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First Name: James

Last Name: Reese

Birthplace: Chester, PA, USA

Gender: Male

Branch: Army (1784 - present)

Home of Record: Chester, PA
Middle Name: William

Date of Birth: 1920

Date of Death: 05 August 1943

Rank: Private

Years Served: 1941 - 1943
James William Reese

•  World War II (1941 - 1945)


James William Reese

Private, U.S. Army

Medal of Honor Recipient

World War II

Private James William Reese (1920 - 5 August 1943) was a U.S. Army soldier who was posthumously awarded the U.S. military's highest award for valor, the Medal of Honor, for his actions during the Sicily campaign in World War II.

James William Reese joined the Army from his birth city of Chester, PA. On 5 August 1943, he was serving as a Private in the 26th Infantry Regiment, 1st Infantry Division. At Mt. Vassillio, Sicily, that day, Reese led his mortar squad in a defense against an enemy counterattack. When the hostile fire intensified, he ordered his squad to fall back while he manned the weapon alone. After expending all the mortar ammunition, he continued in the fight with his rifle until being killed. He was posthumously awarded the Medal of Honor for his heroic actions.

Medal of Honor

Rank and organization: Private, U.S. Army, 26th Infantry, 1st Infantry Division.

Place and date: At Mt. Vassillio, Sicily, 5 August 1943.

Citation: For conspicuous gallantry and intrepidity at the risk of life above and beyond the call of duty in action involving actual conflict with the enemy. When the enemy launched a counterattack which threatened the position of his company, Pvt. Reese, as the acting squad leader of a 60-mm. mortar squad, displaying superior leadership on his own initiative, maneuvered his squad forward to a favorable position, from which, by skillfully directing the fire of his weapon, he caused many casualties in the enemy ranks, and aided materially in repulsing the counterattack. When the enemy fire became so severe as to make his position untenable, he ordered the other members of his squad to withdraw to a safer position, but declined to seek safety for himself. So as to bring more effective fire upon the enemy, Pvt. Reese, without assistance, moved his mortar to a new position and attacked an enemy machinegun nest. He had only 3 rounds of ammunition but secured a direct hit with his last round, completely destroying the nest and killing the occupants. Ammunition being exhausted, he abandoned the mortar, seized a rifle and continued to advance, moving into an exposed position overlooking the enemy. Despite a heavy concentration of machinegun, mortar, and artillery fire, the heaviest experienced by his unit throughout the entire Sicilian campaign, he remained at this position and continued to inflict casualties upon the enemy until he was killed. His bravery, coupled with his gallant and unswerving determination to close with the enemy, regardless of consequences and obstacles which he faced, are a priceless inspiration to our armed forces.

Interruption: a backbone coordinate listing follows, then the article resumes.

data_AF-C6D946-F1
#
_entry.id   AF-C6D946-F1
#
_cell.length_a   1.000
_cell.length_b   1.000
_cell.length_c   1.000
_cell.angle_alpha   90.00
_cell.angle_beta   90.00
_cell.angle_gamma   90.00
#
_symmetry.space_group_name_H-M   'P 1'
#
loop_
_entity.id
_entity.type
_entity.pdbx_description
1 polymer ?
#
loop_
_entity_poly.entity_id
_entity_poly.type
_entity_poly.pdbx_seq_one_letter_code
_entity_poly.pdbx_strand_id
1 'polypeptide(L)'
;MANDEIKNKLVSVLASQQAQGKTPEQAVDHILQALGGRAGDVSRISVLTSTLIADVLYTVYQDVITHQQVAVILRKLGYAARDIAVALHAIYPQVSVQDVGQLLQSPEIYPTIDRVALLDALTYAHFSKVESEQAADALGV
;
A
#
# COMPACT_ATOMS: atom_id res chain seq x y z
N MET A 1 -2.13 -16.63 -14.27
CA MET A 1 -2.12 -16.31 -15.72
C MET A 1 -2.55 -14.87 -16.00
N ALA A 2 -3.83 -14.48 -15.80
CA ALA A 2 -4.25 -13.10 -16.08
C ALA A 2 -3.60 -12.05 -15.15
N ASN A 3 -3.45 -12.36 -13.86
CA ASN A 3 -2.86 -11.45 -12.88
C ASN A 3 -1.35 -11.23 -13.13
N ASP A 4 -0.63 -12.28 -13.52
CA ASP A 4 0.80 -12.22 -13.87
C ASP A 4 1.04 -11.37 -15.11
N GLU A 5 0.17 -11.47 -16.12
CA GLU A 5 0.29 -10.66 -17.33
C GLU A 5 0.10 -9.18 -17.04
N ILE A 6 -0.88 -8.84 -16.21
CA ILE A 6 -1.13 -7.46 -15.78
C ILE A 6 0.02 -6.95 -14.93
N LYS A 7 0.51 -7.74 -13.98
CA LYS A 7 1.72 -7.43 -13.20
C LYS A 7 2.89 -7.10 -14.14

Death and Burial

Private James William Reese was killed in action on 5 August 1943. He is buried at Chester Rural Cemetery in Chester, PA, in Soldiers Circle, Row 2.

Honoree ID: 1611   Created by: MHOH




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